Begin by skipping to the colored sugar (at the bottom of this recipe.) Once sugar is finished, come back to begin work on the cake.
Combine the first 5 ingredients in a saucepan over low heat until butter melts, stirring frequently. Set aside and allow to cool while you prepare the rest of the ingredients.
Dissolve the yeast in ½ cup of warm water and 1 tablespoon of sugar in a bowl. After it has risen slightly, about 10 minutes, pour it into a large mixing bowl (or KitchenAid bowl if you have one) along with the yogurt mixture, 2 eggs, and 2 cups of bread flour. Beat at medium speed until blended. Reduce the speed to low and add 4 more cups of bread flour, one at a time. The dough should be in a nice ball at this point. If the dough is not pulling away from the sides of the bowl, you can add a little more flour.
Turn the dough out onto a floured surface and knead it until smooth, about 5-10 minutes. Place in a butter-greased bowl, cover with a damp (with warm water) paper towel, and allow to rest for 1 hour. Make sure it rests in a warm place (at least 85 degrees Farenheit.) If it’s too cold, it will not rise properly. I like to turn the oven on just for a few minutes right before the dough goes in. Then I turn it off, allow it to air out a bit (you definitely don’t want it hot in the oven) and I let the dough rise in the semi-warm oven.
While dough is rising, make the cream cheese filling. Beat ¾ cups of sugar, softened cream cheese, 1 egg, and vanilla until smooth. Set aside.
Once the dough ball has nearly doubled in size, punch it down and divide it into two equal parts. Roll each part into a rectangle (or as close to a rectangle shape as you can get it.) It should be about 22 inches long and 12 inches wide. Take the remaining 5 tablespoons of softened butter and spread it all over the dough rectangle, stopping 1 inch before the edges. Combine the remaining ½ cup of sugar and cinnamon and sprinkle evenly all over the butter layer. Then take the cream cheese filling and spread a 2-3 inch thick line of it along the long edge of the dough rectangle. Again, do not go past 1 inch from the edge.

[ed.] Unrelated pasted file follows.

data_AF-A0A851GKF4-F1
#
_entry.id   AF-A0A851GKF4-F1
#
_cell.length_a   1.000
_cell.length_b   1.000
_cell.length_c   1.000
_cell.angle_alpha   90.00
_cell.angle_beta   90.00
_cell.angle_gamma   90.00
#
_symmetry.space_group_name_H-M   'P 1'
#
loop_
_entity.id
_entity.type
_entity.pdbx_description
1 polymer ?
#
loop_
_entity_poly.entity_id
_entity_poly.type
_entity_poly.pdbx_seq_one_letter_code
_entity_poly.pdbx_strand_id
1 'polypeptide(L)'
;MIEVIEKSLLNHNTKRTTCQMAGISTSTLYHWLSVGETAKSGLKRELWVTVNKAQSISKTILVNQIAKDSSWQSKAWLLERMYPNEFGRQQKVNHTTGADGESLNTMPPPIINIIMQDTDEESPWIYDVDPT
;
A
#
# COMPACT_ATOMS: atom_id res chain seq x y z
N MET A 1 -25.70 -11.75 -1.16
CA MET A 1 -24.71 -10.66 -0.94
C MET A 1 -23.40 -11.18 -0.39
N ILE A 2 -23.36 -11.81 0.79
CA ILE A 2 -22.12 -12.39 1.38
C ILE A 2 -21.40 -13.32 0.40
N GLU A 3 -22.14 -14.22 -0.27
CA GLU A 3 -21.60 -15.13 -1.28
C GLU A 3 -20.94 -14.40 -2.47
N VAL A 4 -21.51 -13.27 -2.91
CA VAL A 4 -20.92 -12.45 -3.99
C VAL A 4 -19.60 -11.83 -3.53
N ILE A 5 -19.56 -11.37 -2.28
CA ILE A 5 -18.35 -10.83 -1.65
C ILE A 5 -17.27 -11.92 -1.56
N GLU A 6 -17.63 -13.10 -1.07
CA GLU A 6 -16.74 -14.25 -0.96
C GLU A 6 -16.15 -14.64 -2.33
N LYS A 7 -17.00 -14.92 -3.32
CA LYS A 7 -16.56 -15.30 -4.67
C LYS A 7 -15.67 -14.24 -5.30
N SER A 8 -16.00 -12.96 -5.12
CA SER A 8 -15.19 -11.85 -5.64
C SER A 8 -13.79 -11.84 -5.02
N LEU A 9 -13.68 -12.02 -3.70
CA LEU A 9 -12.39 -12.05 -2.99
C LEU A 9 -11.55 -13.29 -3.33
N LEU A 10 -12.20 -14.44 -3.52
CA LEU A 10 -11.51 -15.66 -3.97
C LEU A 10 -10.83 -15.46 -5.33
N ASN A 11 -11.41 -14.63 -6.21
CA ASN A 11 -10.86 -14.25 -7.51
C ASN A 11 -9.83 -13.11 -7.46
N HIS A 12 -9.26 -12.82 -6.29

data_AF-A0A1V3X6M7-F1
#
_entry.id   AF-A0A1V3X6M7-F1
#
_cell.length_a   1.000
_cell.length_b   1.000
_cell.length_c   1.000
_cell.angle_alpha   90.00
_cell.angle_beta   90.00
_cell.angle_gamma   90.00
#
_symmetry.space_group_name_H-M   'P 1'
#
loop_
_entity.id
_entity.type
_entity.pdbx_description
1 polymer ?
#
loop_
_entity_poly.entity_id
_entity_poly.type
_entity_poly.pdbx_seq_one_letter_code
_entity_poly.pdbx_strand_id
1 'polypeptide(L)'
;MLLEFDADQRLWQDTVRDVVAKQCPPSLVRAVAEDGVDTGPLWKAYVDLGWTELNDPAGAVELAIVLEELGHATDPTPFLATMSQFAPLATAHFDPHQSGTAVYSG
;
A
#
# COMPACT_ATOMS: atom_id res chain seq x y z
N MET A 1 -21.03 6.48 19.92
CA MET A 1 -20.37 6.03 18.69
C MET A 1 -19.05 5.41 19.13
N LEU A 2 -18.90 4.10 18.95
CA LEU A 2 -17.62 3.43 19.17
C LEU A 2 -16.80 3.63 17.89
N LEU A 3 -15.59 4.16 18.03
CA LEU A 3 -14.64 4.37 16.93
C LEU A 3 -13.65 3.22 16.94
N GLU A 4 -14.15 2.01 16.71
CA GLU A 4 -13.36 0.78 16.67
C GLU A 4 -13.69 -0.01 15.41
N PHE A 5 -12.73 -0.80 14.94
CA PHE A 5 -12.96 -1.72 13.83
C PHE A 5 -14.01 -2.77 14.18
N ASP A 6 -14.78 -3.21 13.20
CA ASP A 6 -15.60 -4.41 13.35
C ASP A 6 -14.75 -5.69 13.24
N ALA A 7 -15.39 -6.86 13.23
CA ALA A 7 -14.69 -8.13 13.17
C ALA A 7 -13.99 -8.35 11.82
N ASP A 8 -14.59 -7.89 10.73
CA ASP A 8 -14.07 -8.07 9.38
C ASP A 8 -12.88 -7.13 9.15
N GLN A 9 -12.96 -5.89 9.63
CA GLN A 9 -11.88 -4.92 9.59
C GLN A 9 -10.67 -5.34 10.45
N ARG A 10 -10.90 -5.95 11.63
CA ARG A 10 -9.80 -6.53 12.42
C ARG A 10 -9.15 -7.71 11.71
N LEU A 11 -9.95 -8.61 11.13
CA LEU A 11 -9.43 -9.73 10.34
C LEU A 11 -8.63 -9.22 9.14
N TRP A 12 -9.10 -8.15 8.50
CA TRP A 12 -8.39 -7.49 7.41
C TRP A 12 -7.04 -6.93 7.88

Starting on the long edge with the cream cheese, begin rolling, making sure to tuck the cream cheese in the beginning of the roll. Place on a greased baking sheet, seam side down. Pull together the ends of the roll to form an oval or a circle and push together tightly. Seal by pinching off with water. This part is important! If it’s not sealed properly, the cream cheese will all leak out during baking.
Preheat the oven to 375 degrees Fahrenheit. Cover dough circle, again with a warm damp paper towel, and leave in a warm place to rise for 20 minutes.
Once it is done resting, remove the paper towel and bake for 15-20 minutes, or until golden on the outside. While cake is baking, prepare the glaze and the colored sugars, if you haven’t already. Remove cake from the oven, drizzle all over with glaze and top with colored sugar. (See glaze and sugar topping instructions below.)
Most recipes would tell you to allow the cake to cool before adding the topping. I say screw that, top away and enjoy while hot!
For the Icing Glaze:
- 3 cups of powdered sugar
- 3 tablespoons of butter, melted
- 2 tablespoons of fresh lemon juice
- ½ teaspoon of vanilla extract
- 3-5 tablespoons of milk
Mix together first four ingredients. Whisk in 3 tablespoons of milk. Examine the consistency and add more milk, one tablespoon at a time, until you reach the desired thickness in the glaze.
For the Sugar Topping:
- 1.5 cups of granulated sugar, divided into 3 parts
- purple, green, and yellow food coloring
Pour the sugar (divided) onto 3 separate plates. Add a little food coloring and mash with a fork until well mixed. Keep adding food coloring, mixing after each addition, until you get to your desired color intensity.
Set aside for one hour to dry. Once dry, mash with a fork again to break up any clumps that are sticking together. Sprinkle over cake, alternating colors by section.
Recipe adapted from Southern Living.
You can omit the cream cheese filling for a plain King Cake.
Makes 2 king cakes. Each king cake serves approximately 8 people.